Recent studies that have measured the levels of shareholder protection in Australia and compared them internationally have highlighted the relative strength of Australian shareholder protection. However, the question as to why this is so remains unanswered. Theories suggest that the development of corporate law is influenced by corporate ownership structures. Several scholars argue that this can occur when corporate ownership structures provide the means for interest groups to exercise political power and thereby influence law reform or when inefficiencies arising from corporate ownership structures result in changes to corporate law. This study seeks to determine whether there is any evidence of corporate ownership structures contributing to the development of Australian corporate law. The factors that have led to changes in Australian corporate law over time are examined, first by drawing from the leximetric data that measures changes in the strength of shareholder protection in Australia from 1970 to 2010, and secondly by examining three significant reforms occurring over a period of three decades.The results of this study provide little support for the proposition that corporate ownership structures have influenced the development of Australian corporate law. Several possible alternative explanations for the shape corporate law in Australia are suggested.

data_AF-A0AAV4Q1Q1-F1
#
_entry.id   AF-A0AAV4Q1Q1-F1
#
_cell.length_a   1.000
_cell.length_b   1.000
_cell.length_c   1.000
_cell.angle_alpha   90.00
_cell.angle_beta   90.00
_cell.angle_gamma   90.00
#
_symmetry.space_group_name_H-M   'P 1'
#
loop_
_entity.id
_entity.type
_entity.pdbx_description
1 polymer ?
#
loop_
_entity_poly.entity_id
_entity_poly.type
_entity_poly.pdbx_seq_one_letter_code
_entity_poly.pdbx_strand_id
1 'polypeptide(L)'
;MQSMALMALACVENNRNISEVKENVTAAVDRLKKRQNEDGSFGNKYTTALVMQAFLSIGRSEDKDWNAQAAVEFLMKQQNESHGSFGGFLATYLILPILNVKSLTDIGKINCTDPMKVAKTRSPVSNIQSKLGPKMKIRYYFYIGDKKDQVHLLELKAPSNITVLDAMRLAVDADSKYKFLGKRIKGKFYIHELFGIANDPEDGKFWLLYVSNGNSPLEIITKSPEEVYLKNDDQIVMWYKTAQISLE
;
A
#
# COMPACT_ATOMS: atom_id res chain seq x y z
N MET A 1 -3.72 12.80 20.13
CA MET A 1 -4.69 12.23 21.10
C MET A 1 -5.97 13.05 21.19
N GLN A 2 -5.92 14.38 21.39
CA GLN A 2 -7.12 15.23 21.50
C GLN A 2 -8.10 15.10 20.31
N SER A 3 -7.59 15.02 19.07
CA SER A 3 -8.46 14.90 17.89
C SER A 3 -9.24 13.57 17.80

|Pages (from-to)||18 - 34|
|Number of pages||17|
|Journal||Australian Business Law Review|
|Publication status||Published - 2016|